“You are your own patient and psychiatrist. That’s why many people write without any ambition for mastery; it just makes them feel better”
The story of death appears in my plays and films because, in my childhood, I was twice gravely ill. When I was young, this caused me great fears, so it’s no wonder that my first play was the ‘Marathon Runners’ story, where I used humor to heal myself. Writing is a form of self-help indeed. You are your own patient and psychiatrist. That’s why many people write without any ambition for mastery; it just makes them feel better.
Despite the difficulties that the protagonists face in the film, it is still called Being Human Is Not So Bad. Is it an indication of your optimism, despite all the difficulties that our civilization now faces?
In general – and we heard this many times since our early childhoods, when someone sighs and says: “Well, it’s is not so bad to be human after all,” or simply outright declares that it is not bad to be human as a fact, and in terms of honesty and honor, and everything that a person achieves through their humanity, then it is said that they are a good person. In this case, the title is slightly ironic; when you see the film, you’ll understand the title.
Being Human Is Not So Bad is a story about the fact that when you appear in this world, you don’t have a say. No one asks you anything and you do not know anything about previous millennia. And then, one day, you show up in this world and live out your destiny, but just the same, you could have come as a grasshopper, a bird, or a frog, and spend a lifetime croaking, hopping, or flying. In that sense, being human is not so bad; it might be a bit better than being a frog.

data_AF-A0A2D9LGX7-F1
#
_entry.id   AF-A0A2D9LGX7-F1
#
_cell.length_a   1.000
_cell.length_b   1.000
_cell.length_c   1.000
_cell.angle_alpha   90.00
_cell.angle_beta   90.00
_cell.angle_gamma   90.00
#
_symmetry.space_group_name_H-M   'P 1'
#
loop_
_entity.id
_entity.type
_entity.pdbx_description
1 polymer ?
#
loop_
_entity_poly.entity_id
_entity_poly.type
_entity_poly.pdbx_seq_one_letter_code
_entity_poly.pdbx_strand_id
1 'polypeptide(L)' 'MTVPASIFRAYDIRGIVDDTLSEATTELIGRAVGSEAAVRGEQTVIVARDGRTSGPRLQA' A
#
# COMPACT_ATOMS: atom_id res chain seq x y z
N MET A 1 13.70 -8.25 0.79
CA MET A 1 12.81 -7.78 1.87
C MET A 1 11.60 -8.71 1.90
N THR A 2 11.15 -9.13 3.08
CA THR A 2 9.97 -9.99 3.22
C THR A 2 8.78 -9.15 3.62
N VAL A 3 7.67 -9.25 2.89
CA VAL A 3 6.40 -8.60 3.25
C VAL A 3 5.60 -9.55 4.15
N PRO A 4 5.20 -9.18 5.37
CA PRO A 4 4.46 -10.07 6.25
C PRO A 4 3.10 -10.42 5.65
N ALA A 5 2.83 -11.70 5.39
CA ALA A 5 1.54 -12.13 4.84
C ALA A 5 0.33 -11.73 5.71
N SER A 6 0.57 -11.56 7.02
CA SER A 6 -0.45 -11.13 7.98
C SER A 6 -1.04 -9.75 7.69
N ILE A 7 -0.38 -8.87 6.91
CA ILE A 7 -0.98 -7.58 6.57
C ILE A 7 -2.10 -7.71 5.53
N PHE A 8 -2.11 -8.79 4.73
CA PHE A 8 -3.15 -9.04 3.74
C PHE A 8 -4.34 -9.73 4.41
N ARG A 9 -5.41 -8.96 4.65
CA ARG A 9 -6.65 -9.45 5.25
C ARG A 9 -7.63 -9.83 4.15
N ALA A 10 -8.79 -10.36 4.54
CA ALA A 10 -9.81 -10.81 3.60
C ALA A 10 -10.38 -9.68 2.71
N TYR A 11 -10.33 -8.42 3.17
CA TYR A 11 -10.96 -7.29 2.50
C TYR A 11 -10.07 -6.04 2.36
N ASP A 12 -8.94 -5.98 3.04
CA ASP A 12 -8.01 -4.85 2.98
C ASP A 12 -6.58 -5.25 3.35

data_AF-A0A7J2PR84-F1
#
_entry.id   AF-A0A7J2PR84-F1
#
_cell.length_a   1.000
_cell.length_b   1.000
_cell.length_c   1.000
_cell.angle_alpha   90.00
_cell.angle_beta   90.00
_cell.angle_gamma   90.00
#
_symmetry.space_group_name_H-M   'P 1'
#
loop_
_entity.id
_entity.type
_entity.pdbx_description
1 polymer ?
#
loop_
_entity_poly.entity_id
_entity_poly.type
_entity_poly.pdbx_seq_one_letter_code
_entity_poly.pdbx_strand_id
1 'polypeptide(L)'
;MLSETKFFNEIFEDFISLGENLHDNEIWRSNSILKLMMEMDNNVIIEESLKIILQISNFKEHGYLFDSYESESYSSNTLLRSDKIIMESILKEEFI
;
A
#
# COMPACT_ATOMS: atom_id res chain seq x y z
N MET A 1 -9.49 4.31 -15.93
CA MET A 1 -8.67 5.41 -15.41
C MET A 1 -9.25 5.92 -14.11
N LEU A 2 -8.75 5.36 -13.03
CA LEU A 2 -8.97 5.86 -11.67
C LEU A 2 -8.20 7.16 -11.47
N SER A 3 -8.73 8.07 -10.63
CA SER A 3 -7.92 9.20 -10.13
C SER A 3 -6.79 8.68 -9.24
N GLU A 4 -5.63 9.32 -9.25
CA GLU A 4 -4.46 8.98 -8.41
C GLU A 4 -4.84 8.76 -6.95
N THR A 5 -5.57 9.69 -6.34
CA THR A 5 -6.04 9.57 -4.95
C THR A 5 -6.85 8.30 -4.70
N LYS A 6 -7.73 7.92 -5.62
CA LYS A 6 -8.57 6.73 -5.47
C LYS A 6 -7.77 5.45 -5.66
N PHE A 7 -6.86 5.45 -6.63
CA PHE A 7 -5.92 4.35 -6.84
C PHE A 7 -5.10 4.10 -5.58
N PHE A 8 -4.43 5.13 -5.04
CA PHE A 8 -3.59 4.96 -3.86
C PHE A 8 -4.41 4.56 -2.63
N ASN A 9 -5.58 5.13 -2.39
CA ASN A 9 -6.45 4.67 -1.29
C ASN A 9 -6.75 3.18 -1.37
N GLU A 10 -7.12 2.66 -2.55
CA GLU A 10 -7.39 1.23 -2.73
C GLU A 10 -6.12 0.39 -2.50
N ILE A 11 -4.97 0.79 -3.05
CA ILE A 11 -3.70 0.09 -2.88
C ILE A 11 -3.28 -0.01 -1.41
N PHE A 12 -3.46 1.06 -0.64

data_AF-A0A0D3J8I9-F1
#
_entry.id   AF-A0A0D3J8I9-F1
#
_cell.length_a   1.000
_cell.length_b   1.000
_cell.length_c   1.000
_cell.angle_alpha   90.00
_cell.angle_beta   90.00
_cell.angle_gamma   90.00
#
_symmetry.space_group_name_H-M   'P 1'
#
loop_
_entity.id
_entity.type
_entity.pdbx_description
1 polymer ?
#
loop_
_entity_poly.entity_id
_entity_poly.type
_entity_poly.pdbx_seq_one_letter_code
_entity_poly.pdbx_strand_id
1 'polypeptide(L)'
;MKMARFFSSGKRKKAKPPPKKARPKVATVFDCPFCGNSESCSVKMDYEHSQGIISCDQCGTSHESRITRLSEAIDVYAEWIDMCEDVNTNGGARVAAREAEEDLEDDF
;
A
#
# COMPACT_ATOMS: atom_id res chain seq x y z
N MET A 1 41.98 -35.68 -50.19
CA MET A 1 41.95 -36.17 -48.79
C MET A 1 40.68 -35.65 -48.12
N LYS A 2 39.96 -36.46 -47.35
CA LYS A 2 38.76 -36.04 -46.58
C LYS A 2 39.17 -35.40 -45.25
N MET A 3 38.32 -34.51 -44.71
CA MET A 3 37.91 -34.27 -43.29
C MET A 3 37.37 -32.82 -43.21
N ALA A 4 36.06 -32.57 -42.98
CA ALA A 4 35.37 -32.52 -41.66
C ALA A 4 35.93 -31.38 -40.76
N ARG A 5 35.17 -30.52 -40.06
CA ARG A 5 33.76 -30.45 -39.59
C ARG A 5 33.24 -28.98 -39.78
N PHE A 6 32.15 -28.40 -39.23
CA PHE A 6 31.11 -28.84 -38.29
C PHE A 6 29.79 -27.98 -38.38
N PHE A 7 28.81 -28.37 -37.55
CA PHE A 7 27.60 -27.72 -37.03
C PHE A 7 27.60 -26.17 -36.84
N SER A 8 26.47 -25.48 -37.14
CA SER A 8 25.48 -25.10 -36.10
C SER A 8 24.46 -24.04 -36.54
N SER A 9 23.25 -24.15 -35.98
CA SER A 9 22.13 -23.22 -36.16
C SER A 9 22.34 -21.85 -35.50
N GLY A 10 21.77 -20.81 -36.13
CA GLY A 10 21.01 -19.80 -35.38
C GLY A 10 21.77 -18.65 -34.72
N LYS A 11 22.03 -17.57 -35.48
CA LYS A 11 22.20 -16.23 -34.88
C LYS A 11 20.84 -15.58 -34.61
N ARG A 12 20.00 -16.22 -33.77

What was it like to cooperate with actors during the shoot? With legends like Lane Gutović or Mira Banjac, whom you’ve known from the beginning of your career?
I met Lane and Mira in person in 1972. Before this, of course, I knew them and saw them in theaters. I saw Mira in the Serbian National Theater in Novi Sad, while I was in high school there, and before she moved to Belgrade and Atelje 212. Lane, too, I saw before we actually met during the preparations for the aforementioned ‘Marathon Runners’, where he played one of the main roles; the one that later, in the film, played Bogdan Diklić. I met Mira in person the same year because we started preparing Radovan III, where Mira plays Radovan’s daughter Katica. We’ve been friends ever since; we either cooperated directly on my plays and films or while I was the manager of Zvezdara Theater. There, we made over 150 plays, and they often participated.
“My entire life is connected with and filled with animals and trees, which is very important”